The timer tab displays the amount symfony spent during the difference parts that compose the processing of a request and the final rendering to the user. The main difference with the SWDT is that here you can see a nice colored graph according to the time percentage for each section. Keep in mind that with symfony you can add new timers in order to gather more information about your application timing.


This tab displays the framework version, the memory usage for the current action execution and some configuration details related to your server, i.e.: is xdebug enabled? is cache enabled? and so on.


Those are the features implemented so far. We plan to continue improving the usability of the Firebug plugin and also adding new features for better browsing through the logs. Stay tuned and in the upcoming blog post we will see how to install and setup the extension.


isn't it a bit stupid you first show how to use it and *then* how to install it? Or at least a quick link... Of course, the really "smart" of us can google it, but that's not my point...
The useful link: ;)
It`s not working with my project (1.2.7).
Great tool. Thanks!
I am using Symfony 1.2.8 and I cannot get any of the sections to show any data apart from the header (e.g. database etc)
Gran trabajo!!! felicitaciones!!!
it do not work for me. The javascript variable FireSymfonyDebugData exists and there are also some content,
FireSymfonyDebugData = {"cache":{"title":"reload and ignore cache","content":{"reload_url":"","cache_info":[]}},"config":{"title":"Configuration and request variables","content":{"request":{"parameterHolder":{"action":"index","module":"

But the content in the firesymfony addon are empty.

symfony 1.2.8
firesymfony addon 1.1.1
firesymfony plugin 1.1.1
Hi all, thanks for your comments and interest. Please report your issues at the google code project site: so I can keep track of them.
one more tools to become Symfony addict. Thanks
It worked fine for me thanks!
WoooW! this is great, good job fellows!!!!
Could be cool if it would support the new sf 1.3 db bar stuff ;)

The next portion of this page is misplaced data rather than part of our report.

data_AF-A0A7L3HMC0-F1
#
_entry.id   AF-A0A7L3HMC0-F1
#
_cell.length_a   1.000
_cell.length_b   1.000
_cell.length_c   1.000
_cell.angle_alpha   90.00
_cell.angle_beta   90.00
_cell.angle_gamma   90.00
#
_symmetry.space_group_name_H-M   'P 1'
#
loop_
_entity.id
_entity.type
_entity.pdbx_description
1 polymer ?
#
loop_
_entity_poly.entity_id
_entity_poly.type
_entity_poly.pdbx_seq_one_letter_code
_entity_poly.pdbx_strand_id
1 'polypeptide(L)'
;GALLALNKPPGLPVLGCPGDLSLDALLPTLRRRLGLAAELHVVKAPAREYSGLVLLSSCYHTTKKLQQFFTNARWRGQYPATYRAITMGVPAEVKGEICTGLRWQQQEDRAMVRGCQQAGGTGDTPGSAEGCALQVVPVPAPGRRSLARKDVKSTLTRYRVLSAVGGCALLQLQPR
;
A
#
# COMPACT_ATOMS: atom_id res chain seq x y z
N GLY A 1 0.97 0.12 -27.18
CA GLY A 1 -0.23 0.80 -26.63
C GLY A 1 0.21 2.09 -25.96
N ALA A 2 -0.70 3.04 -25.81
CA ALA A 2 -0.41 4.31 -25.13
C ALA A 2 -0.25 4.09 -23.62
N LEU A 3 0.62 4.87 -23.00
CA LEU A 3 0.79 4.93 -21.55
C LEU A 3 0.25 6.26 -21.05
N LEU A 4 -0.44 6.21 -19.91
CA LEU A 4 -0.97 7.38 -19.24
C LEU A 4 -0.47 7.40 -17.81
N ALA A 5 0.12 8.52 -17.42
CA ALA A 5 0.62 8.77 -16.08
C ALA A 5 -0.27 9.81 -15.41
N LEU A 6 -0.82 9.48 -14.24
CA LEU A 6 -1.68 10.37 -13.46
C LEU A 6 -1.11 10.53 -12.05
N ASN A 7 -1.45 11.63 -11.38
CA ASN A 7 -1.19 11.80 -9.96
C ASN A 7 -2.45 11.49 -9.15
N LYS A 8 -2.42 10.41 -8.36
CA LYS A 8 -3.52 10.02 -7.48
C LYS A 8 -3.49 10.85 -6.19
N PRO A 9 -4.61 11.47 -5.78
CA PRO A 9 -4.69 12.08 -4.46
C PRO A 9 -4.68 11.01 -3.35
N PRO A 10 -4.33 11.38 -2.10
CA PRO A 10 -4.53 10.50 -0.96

Doesn't seem to work (sf 1.2.8) :(
Hi, i would like to read next article that explains how to install and setup FireSymfony.
For those having trouble with the installation, this links may be helpful:


In addition to the Firefox extensions and Symfony plugin, there's some YML fiddling to do as well so that the plugin's class is used instead of the basic SWDT class.

Question for Alvaro: I was using this in conjunction with caching, and found that my cached partials/components still get embedded debug styles (black border, and overlaid box in the top corner with an "X" button). With SWDT, I could click its "sf" icon and all in-line cache styles would disappear in tandem with the SWDT collapsing down to a square icon. With your plugin, the cache styles still show up, but since there's no toolbar on the page I can't find a way to turn them off. Is this outside the scope of your plugin? I considered the possibly the SWDT and caching classes were coupled in a way that SWDT knew to interact with the caching debug CSS, despite not being the source of their markup.
@Jeremy Mikola I know what you mean about the caching part. With symfony 1.0 this was easy to remove, but symfony 1.2 uses the event system to decorate the view with the cache information , and is using the event system via the *filter* call, so I can't remove what symfony adds by itself... Maybe I can propose a patch, like checking that the class of the debug toolbar inside factories.yml is the symfony one, if not, then the filter shouldn't do anything on symfony side, but delegate the action to the debug toolbar implementer.

To the other users, the installation instructions should be on their way. Thanks for your patience.